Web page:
Last year, the author Jon Savage released a tome exploring 1966 – a year he saw as a pinnacle of pop culture. He has now returned to chronicle everything pop from 1967 with a CD compilation with Ace Records.
He describes it as “the year that the 1960s divided”, specifically between cultures from the US and UK. It was when, with the massive success of Sgt Peper’s Lonley Hearts Club Band, LP sales took over 45s. Pirate Radio stations were also outlawed on 14 August 1967.
While the Love Generation and San Francisco took centre stage, there were all kings of splits in pop. These reflected political events, including severe race riots in major cities and deepening protest against the Vietnam war. The UK saw a worsened economic situation with a devaluation of the pound at the end of the year.
Before the release of The Year Pop Divided, Jocks & Nerds asked Jon Savage to capture the soundtrack of this tumultuous year with a selection of 10 tracks.
The Birds - So You Want To Be a Rock’n’Roll Star. 9 January 1967
The new year gets off in fine style with this barnstorming single: the Byrds’ eighth and the first from their forthcoming ‘Younger Than Yesterday’ LP. Built around a ferocious Chris Hillman bass riff, the sarcastic lyric takes a swipe at the plastic nature of contemporary teen stars like the Monkees. The Byrds’ former teen idol status informs the caustic atmosphere, enhanced by both Hugh Masekela’s trumpet and genuine screams recorded by Derek Taylor at an August 1965 Byrds show in Bournemouth, of all places. All this, and only #29 in the US chart.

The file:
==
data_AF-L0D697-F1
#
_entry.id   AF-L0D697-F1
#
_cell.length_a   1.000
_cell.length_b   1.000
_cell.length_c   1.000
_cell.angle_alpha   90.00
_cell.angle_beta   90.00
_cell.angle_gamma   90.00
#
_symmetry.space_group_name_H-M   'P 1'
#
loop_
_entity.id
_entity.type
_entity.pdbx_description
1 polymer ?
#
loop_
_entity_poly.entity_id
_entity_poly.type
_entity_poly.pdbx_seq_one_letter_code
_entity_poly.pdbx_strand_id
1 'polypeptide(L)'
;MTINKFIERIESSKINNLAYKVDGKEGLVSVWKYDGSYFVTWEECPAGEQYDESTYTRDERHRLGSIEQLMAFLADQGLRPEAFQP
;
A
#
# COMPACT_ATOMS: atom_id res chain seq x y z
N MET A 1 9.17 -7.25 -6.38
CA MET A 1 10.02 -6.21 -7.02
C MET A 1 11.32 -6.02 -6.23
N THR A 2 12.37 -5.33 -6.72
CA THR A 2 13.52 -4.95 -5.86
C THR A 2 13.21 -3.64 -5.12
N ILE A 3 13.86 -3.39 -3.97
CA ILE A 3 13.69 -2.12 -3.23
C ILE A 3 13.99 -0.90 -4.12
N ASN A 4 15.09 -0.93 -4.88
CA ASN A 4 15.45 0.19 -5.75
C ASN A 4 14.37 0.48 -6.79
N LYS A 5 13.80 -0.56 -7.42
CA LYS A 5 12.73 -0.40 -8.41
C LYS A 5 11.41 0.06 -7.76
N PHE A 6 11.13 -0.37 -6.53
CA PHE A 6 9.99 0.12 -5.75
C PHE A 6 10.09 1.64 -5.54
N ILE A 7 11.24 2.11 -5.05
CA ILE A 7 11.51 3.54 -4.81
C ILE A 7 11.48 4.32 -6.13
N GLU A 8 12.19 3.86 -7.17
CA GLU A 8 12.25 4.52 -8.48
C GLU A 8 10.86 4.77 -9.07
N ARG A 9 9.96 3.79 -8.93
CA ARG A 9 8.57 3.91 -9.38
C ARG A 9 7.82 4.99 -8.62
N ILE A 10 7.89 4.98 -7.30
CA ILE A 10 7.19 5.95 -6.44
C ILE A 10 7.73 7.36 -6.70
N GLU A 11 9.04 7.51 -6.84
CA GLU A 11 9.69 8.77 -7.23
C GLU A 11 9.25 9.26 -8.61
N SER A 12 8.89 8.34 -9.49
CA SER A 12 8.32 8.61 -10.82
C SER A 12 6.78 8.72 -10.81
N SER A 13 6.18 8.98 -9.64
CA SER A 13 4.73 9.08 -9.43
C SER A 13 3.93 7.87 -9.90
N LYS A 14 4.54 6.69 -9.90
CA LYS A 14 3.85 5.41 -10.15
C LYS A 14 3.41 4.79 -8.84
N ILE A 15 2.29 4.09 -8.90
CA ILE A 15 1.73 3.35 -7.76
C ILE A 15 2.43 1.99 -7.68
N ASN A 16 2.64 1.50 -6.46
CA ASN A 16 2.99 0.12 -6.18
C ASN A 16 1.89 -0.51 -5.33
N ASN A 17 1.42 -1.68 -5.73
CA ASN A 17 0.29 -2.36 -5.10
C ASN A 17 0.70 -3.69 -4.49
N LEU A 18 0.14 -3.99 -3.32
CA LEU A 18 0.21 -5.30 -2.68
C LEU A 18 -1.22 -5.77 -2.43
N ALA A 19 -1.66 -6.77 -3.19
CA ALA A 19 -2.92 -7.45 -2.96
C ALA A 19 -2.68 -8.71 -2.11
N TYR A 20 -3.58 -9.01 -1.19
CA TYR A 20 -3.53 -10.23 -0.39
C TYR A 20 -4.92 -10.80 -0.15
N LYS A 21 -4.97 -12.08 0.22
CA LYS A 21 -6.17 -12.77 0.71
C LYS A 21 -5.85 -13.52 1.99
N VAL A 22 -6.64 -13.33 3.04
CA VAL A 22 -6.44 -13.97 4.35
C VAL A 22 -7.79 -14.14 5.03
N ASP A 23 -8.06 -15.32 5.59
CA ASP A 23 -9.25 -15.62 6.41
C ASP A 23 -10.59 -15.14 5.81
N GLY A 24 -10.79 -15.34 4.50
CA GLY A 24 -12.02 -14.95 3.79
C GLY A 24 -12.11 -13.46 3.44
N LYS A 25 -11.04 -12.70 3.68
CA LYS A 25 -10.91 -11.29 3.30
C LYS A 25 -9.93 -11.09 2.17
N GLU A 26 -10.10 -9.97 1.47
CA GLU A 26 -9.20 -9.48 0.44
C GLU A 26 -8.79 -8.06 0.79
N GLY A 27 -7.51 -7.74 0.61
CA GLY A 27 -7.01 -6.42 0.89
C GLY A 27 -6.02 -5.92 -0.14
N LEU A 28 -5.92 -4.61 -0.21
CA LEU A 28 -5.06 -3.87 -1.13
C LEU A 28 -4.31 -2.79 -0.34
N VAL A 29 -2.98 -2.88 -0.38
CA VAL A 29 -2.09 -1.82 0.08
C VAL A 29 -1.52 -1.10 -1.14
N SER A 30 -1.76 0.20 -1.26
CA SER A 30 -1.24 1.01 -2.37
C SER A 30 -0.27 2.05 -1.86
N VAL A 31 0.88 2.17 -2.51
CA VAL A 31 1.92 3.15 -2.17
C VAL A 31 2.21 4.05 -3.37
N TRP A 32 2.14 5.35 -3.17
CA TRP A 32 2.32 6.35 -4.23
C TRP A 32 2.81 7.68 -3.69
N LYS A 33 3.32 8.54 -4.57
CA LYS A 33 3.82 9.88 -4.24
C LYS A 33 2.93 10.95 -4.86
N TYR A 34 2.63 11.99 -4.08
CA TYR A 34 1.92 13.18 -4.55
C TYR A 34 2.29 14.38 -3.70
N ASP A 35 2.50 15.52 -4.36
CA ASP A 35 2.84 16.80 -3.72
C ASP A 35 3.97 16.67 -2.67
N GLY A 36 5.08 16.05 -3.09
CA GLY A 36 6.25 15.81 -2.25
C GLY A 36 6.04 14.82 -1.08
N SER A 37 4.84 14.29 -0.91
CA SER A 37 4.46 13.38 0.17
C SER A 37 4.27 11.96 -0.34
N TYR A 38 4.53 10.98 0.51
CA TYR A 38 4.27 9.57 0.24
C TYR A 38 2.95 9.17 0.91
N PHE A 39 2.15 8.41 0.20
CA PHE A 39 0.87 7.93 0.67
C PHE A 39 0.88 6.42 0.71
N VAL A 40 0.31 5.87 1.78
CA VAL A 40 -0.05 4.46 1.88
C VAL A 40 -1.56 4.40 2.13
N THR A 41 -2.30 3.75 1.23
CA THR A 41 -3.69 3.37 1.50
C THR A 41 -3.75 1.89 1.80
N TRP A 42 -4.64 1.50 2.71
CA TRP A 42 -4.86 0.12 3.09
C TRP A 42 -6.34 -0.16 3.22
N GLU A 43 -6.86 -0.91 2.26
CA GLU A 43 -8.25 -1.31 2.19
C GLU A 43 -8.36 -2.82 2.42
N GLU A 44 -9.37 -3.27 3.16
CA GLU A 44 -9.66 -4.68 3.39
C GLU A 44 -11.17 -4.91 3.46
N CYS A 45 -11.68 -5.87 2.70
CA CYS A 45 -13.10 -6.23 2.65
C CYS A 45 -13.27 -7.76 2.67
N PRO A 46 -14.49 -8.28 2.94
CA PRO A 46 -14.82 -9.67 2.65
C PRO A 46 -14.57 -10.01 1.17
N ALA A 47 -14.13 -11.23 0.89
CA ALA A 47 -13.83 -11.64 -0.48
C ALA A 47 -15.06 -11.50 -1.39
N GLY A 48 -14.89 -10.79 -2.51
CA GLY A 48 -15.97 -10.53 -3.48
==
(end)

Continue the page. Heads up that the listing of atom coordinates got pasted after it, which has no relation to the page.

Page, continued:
The Action - Never Ever. 17 February 1967
This record is an excellent example of why British pop psych sounded so good. Built on a super-tough soul base, the production – by George Martin, no less – adds sympathetic brass and backtracked cymbals to a convincing Reg King vocal and astral harmonies that reinforce the lyrical message of support and optimism. How could it miss? Maybe it’s because the punters were dazzled by Englebert, Vince, Val and all. Oh well, “Never ever think of bad times, just remember the glad times!”.
Gladys Knight & the Pips - Take Me In Your Arms and Love Me. 16 March 1967
A co-write between Barrett Strong, Cornelius Grant and Rodger Penzabene, this is a great example of Motown baroque – with its slow, sinuous intro dominated by a harpsichord. Gladys Knight begins slow and slides, on the words “loooove me”, into a masterpiece of pop erotica, enhanced by softly cooing background vocals and a slowly building structure. It was her first UK hit, reaching #13 in the early summer and staying in the charts for nearly three months. All together now: “This feeling is too strong to hold/ Any second now I’ll explode”.
Rex Garvin & The Mighty Cravers - Believe It or Not. February 1967
Aside from early adopters the Chambers Brothers and Jimi Hendrix, LSD was very much seen as being not for black people: the November 1966 cover of the mainstream blackamerican magazine Sepia had a front cover montage: “LSD Monster or Miracle?”. This extraordinary single – the flip of beater ‘I Gotta Go Now (Up On The Floor)’ – begins with a gong before relaxing into a punchy organ and horn-led cautionary tale: “Look – did you hear about the man who tried it? He wanted to leave his troubles behind/ He wound up going crazy: he thought he was Frankenstein”.
The Soft Machine - Feelin’ Reelin’ Squeelin’.11 March 1967